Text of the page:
10:30 PM: The race ends -- and, again, Frankie Muniz has not won. Corey Heim -- not to be confused with Corey Haim, or the band Haim -- captured his third Craftsman Truck Series victory of the season, edging out the winner of the race's first two stages, Christian Eckes, at the 195th lap. Heim stole victory from the jaws of defeat emphatically, and put himself in prime position to potentially capture the title. From what I'm told, Carson Hocevar in the No. 42 car is potentially the circuit's hottest prospect; he finishes fourth, and should make a more permanent move to the Cup Series next season after filling in a few times this year. Boyd finishes in 30th place, and there's something to be said for the clinical efficiency of finishing right where you started. To an outsider overwhelmed by a fleet of ruthlessly crisp vehicles, it feels like that's how it should probably go.
The morning after the race, I experience the only tradition more American than a NASCAR race at Bristol: Rampant airline delays. Less than 24 hours after watching people move as quickly as I've ever seen from a once-in-a-lifetime vantage point, my own personal progress has been slowed to a crawl. I've crashed harder than Muniz.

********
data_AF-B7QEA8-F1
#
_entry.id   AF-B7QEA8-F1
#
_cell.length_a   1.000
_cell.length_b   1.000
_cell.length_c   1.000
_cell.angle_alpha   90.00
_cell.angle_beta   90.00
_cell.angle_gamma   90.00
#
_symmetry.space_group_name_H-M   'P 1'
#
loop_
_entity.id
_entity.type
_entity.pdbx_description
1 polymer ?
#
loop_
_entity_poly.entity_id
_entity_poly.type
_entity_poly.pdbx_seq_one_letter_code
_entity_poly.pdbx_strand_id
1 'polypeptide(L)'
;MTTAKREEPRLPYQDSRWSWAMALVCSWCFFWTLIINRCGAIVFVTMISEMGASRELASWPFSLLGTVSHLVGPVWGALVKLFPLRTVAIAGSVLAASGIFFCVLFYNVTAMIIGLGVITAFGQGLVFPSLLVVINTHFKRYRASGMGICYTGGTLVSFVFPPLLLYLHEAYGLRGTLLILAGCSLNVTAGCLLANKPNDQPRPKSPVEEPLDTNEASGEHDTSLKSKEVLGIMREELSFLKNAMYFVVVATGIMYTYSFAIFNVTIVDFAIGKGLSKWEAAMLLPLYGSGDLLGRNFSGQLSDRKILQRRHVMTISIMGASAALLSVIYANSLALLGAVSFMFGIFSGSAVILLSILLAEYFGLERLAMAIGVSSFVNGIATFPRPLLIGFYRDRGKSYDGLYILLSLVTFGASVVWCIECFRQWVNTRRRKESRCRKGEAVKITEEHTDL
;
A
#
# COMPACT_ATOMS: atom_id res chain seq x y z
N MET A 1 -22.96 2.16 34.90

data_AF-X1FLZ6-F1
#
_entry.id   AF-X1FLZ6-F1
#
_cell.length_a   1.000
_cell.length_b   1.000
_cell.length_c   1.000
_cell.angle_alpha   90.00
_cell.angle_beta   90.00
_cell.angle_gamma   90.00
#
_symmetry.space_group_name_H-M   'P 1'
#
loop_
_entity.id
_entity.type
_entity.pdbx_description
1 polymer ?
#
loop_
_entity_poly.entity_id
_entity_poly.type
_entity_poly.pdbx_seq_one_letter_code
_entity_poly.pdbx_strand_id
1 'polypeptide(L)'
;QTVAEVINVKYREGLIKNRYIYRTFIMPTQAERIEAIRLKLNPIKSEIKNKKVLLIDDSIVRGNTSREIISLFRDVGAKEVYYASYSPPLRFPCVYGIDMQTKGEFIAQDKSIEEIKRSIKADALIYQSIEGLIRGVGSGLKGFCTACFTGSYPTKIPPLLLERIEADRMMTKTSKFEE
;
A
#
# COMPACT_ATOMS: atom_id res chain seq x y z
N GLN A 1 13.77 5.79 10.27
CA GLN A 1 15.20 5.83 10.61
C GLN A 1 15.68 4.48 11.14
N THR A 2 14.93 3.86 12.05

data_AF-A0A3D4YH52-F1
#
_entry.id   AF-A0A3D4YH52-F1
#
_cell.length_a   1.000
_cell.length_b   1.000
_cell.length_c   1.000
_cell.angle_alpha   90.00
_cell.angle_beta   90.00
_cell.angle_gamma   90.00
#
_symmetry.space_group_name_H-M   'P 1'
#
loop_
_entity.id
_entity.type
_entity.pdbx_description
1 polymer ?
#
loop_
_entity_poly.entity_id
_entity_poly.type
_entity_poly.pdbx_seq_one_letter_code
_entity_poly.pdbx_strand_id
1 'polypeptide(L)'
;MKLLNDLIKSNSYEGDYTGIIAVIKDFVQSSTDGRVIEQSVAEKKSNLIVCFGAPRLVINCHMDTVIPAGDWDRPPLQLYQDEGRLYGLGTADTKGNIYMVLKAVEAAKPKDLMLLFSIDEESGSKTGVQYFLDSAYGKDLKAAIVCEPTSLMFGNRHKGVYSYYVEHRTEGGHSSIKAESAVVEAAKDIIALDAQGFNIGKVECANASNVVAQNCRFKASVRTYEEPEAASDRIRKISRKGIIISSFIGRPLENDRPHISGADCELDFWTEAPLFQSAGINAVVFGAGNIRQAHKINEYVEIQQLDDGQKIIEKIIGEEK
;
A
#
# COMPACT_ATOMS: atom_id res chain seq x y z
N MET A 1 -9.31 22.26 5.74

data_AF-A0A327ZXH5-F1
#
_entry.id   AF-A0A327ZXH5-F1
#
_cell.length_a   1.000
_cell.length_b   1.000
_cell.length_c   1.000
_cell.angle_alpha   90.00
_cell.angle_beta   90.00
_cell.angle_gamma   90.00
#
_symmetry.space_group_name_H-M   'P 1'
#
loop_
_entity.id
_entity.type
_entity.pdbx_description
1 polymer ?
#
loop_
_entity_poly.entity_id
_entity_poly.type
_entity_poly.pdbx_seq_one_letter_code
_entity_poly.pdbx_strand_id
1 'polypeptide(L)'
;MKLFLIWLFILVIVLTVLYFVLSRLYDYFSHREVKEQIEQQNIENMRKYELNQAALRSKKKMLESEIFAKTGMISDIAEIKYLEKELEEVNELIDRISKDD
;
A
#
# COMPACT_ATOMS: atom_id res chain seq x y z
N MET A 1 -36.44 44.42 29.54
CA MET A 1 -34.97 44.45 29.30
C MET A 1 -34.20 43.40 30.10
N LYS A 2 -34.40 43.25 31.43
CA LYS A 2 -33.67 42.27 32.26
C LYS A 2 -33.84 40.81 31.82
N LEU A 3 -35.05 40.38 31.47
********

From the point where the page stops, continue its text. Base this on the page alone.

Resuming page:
But I'm left remembering the order in the chaos. The entire crowd, from the pit to the concourse, showing up equipped for the wall of noise as if they'd been emailed an itemized uniform ahead of time. The crew's ability to work around my stumbling, constantly. Gutz, commanding his audience and, at one point, climbing up onto the pit crew's cart and watching his own visage zip around the track, his face morphing into a reflexive representation of instinctive glee. Boyd, cool as a cucumber 40 minutes before hurtling in circles at death-defying speeds, the same as he'd been gesturing at beef jerky hours prior.
Bristol's walls are like the below-track tunnel. The hulking structure whispers in the mountains. Inside it, hundreds of hornets are always buzzing. Outside, it's National Anthem-level silent, with history cradled behind the sprawling shroud. NASCAR is intricate, but with all the complex layers stripped aside, it's still inspiring that, from the Cup Series to XFinity to the trucks to Muniz, everybody gets to race at Bristol. Everyone daring, talented and driven enough gets access to the cathedral. There is no small, unfinished track a few doors down for all the hot prospects. Once you've gotten the head nod, you're certified. Gutz's smile on the cart seemed like the moment he realized he was in, too. My moment might not have come until takeoff in an aircraft the next day but at least, unlike a wayward tire, it finally hit me.
It's Bristol, Baby. It's larger than life. It's also the smallest world, brought together by the crack of a cold one and the love of the game. I may never go back, but now I'm within the walls, too. Forever.